On Thursday, March 1, President Donald Trump announced plans to impose tariffs of 25 percent on foreign-made steel and 10 percent on imported aluminum—and it didn’t exactly sit well with investors. In response, the Dow Jones industrial average or “Dow” (an index that tracks 30 large U.S. stocks) dropped around 586 points, or 2 percent, and ended the day down 420 points.
As stock traders—and countries who sell aluminum and steel to the U.S.—tried to figure out the implications of his announcement, stock prices continued to bounce around Friday. The Dow fell nearly 400 points before closing just 71 points down, or .29 percent.
Hold on... What’s a tariff?
It’s a tax specifically on imported goods and services, making them more expensive.
Why would anyone want that?
Often, it’s to discourage buying stuff from abroad and to protect domestic companies from foreign competition. That’s the president’s goal in imposing these tariffs, he says—to encourage production and use of U.S.-made steel and aluminum in hopes of boosting their sales and securing related jobs—as well as to punish what he deems unfair treatment of the U.S. by other countries when it comes to trade policy.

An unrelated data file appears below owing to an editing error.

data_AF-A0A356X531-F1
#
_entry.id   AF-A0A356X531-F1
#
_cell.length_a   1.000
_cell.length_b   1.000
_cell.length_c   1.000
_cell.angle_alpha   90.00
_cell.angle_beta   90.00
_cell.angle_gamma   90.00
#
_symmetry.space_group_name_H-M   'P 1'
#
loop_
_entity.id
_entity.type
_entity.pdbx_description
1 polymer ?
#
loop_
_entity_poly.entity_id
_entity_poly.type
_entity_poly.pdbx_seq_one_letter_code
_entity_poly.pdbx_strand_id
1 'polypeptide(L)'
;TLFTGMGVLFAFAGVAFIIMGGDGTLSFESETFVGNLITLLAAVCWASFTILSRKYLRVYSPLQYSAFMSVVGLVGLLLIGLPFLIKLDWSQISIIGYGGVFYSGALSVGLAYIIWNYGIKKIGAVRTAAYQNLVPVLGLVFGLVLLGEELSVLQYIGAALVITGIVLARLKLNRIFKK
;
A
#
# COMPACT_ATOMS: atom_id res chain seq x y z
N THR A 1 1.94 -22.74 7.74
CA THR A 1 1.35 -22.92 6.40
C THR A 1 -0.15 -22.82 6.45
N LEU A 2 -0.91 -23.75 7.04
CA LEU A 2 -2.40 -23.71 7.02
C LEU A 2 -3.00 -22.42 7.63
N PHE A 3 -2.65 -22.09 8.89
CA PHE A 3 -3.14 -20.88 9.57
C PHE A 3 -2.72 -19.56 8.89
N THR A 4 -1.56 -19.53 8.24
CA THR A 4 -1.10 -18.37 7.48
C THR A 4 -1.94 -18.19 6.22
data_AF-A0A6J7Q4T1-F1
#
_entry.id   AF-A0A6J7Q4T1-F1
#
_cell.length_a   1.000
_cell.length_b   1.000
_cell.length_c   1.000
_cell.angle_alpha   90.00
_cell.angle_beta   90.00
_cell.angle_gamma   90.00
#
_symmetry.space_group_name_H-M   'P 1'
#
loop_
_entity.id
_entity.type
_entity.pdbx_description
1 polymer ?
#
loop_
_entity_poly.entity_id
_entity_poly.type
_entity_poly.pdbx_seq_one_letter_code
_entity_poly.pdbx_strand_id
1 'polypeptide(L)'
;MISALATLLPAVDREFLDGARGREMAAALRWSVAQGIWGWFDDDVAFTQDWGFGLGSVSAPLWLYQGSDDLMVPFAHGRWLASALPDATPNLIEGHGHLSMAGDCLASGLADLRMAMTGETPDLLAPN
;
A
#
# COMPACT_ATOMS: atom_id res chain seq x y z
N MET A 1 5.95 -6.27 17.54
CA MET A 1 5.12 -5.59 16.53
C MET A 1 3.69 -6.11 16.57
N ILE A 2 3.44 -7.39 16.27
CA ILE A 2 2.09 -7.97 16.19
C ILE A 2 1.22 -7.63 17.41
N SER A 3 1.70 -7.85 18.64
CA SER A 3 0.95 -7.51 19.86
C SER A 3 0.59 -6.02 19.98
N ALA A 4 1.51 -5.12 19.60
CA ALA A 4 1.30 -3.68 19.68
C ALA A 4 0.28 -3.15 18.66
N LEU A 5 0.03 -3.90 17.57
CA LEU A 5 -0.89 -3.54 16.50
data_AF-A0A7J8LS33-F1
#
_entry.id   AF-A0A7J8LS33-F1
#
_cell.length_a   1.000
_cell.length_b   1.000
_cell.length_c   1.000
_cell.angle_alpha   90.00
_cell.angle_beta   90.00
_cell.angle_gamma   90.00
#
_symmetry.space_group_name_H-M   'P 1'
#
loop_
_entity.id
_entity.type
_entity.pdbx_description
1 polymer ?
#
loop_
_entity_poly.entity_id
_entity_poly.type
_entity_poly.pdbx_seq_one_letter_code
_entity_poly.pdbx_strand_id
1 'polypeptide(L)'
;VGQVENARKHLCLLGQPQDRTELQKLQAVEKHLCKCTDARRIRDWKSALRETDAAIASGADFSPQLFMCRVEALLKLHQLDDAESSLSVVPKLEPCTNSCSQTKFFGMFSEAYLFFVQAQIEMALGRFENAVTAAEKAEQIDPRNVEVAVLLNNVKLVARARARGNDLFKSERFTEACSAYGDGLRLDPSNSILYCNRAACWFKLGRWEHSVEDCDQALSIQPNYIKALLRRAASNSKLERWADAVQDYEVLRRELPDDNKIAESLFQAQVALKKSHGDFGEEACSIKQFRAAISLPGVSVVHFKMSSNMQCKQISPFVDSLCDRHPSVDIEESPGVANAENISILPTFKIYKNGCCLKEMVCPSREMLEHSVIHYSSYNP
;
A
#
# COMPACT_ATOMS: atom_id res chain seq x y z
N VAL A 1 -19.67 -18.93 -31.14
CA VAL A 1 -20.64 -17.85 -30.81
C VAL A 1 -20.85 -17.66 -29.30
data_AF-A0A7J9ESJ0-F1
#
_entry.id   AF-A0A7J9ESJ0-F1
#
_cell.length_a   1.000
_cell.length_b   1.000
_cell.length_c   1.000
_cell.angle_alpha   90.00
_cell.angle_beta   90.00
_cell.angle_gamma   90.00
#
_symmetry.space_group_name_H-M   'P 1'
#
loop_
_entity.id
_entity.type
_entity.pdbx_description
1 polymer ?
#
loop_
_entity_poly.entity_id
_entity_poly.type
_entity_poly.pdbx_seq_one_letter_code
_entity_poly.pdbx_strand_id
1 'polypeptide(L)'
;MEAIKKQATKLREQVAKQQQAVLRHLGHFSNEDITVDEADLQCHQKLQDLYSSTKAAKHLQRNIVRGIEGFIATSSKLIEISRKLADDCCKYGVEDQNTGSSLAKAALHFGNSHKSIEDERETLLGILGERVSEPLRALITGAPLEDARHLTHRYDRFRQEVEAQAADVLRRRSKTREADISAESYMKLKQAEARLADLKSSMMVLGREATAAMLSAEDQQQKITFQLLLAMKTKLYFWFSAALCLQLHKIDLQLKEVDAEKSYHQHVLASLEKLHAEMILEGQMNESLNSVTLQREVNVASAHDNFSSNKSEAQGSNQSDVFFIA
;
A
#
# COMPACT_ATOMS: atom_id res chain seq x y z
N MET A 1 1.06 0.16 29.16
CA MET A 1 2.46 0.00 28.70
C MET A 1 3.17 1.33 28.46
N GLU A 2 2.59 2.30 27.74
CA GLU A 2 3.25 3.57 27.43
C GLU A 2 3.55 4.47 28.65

Why wouldn’t the stock market like that?
Generally, the market doesn’t respond well to uncertainty or political turmoil—and global response hasn’t been very positive. The European Union, Germany, Canada and other nations have threatened retaliation against the U.S., and even the World Trade Organization voiced concern.
Plus, nobody likes higher costs. Plenty of U.S. companies use foreign-made steel and aluminum, so raising prices on those materials means they may end up passing the cost on to us. That means we could pay more for everything from beer, LaCroix and other (aluminum) canned goods to cars and household appliances.
So what should I do?
Sit tight. This was just an initial announcement; what happens next is anyone’s guess. So don’t worry about boosting your beer budget yet, and certainly don’t start moving investments around. Remember day-to-day market movements are normal. Just stay focused on your own long-term agenda, and stick with the investing strategy you’ve laid out to reach your goals.
March 2, 2018